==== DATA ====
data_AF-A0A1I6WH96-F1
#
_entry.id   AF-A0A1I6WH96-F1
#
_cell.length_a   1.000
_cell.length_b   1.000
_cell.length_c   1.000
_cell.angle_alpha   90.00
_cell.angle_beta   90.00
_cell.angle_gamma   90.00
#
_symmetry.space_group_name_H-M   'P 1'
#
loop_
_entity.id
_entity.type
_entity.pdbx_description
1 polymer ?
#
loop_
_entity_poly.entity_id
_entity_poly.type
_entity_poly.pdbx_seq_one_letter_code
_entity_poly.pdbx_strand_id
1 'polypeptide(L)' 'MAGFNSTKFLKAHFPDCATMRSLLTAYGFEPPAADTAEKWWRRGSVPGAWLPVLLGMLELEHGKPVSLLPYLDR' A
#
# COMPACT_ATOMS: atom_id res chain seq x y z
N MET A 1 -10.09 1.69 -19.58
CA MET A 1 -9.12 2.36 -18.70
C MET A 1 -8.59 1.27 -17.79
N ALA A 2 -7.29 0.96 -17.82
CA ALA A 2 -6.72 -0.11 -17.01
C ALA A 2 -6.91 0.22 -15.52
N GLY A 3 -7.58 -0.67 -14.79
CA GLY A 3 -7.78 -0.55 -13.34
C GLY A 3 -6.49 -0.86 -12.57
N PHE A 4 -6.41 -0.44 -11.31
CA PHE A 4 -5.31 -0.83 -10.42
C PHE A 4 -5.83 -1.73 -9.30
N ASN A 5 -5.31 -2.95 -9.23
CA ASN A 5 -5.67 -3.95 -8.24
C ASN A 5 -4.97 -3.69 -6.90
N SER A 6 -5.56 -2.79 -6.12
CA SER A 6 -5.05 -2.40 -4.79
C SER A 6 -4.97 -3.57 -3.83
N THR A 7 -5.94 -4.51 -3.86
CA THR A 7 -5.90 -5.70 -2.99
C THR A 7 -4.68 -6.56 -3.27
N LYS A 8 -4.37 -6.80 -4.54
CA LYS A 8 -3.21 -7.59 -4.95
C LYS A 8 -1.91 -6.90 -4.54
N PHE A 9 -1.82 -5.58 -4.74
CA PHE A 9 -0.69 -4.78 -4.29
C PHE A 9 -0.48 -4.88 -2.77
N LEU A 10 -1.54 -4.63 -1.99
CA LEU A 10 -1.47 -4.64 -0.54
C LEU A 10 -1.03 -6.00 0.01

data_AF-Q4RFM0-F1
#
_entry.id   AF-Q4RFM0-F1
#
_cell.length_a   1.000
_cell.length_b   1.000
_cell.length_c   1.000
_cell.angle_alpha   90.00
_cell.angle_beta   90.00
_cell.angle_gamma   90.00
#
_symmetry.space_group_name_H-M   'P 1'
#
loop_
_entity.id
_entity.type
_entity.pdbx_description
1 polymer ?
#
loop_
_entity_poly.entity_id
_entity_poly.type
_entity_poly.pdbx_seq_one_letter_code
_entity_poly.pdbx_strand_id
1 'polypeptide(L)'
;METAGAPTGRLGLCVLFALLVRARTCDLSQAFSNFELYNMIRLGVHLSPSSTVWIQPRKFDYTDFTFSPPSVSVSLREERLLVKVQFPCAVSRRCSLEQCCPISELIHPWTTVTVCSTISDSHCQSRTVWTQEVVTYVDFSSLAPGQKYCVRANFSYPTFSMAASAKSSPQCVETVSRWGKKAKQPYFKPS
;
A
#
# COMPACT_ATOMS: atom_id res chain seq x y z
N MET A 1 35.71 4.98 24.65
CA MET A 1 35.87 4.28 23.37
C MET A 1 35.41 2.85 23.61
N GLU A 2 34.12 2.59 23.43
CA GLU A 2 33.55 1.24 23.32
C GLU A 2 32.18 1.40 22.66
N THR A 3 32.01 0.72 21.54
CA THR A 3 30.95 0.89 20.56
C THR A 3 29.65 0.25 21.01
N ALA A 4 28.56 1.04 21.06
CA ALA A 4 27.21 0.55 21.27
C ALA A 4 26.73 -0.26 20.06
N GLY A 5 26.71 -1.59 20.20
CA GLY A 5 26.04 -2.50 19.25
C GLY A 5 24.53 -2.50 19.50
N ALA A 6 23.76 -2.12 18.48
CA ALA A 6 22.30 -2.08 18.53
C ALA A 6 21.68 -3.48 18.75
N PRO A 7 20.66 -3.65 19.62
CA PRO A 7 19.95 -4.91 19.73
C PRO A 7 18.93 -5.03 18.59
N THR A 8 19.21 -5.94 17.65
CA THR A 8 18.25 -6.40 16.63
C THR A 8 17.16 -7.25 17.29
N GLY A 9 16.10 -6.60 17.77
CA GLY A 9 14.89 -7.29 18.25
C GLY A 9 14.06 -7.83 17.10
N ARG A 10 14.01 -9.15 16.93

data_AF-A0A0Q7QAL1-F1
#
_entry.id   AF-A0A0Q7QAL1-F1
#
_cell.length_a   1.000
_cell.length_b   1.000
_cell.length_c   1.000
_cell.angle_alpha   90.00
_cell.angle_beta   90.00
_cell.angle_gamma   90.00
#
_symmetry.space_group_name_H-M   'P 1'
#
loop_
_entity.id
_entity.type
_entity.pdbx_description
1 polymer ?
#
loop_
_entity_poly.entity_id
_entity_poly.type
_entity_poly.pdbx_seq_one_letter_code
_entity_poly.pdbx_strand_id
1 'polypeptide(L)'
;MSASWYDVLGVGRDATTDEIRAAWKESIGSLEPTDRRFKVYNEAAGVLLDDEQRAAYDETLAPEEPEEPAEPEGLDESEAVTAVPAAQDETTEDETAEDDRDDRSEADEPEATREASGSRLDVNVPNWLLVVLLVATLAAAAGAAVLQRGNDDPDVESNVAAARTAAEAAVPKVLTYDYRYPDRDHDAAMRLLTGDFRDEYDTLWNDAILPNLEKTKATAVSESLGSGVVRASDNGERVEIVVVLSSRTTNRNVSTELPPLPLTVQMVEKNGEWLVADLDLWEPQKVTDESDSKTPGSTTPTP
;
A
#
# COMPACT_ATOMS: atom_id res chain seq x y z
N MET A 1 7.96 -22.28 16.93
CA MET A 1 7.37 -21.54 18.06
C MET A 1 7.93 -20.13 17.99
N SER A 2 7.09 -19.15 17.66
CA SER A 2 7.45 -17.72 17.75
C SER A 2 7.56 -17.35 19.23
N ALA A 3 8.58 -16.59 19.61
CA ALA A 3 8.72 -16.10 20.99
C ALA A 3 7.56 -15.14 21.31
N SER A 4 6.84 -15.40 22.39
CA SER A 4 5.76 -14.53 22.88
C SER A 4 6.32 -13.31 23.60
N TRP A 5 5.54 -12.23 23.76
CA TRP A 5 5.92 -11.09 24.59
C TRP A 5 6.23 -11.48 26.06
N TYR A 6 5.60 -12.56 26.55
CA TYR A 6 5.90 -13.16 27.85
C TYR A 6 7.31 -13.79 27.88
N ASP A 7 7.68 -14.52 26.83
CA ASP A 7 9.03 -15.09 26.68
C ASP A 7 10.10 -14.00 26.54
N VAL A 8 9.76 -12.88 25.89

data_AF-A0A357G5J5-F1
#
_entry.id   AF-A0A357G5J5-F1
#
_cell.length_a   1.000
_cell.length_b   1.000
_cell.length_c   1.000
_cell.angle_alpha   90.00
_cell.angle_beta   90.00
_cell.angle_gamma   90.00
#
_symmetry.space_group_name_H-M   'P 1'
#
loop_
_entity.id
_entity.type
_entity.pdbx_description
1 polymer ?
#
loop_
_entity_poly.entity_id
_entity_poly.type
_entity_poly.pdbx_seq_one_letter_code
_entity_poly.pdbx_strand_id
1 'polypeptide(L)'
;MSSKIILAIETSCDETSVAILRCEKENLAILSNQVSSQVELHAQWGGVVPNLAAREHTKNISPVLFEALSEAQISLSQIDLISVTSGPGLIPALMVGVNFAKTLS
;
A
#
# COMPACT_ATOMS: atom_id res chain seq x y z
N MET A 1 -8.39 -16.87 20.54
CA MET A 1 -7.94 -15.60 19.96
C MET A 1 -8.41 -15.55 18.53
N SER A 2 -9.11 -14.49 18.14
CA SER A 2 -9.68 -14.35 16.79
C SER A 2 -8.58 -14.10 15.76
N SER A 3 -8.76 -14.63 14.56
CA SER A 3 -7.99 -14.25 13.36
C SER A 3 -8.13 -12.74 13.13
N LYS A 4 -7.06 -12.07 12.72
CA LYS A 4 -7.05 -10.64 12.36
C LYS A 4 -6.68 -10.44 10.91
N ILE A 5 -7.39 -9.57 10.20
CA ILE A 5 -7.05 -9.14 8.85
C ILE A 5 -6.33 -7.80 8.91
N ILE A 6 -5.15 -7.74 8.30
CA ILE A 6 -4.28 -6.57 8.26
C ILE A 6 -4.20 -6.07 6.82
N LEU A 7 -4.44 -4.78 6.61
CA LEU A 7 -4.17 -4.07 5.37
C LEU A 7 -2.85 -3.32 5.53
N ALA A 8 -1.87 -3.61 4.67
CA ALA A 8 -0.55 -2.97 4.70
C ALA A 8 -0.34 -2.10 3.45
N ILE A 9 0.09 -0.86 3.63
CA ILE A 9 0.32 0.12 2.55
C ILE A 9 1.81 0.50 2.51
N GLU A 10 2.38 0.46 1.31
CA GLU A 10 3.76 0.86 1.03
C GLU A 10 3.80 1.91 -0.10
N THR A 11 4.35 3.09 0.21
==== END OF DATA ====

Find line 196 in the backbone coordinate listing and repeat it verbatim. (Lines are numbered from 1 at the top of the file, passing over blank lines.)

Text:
#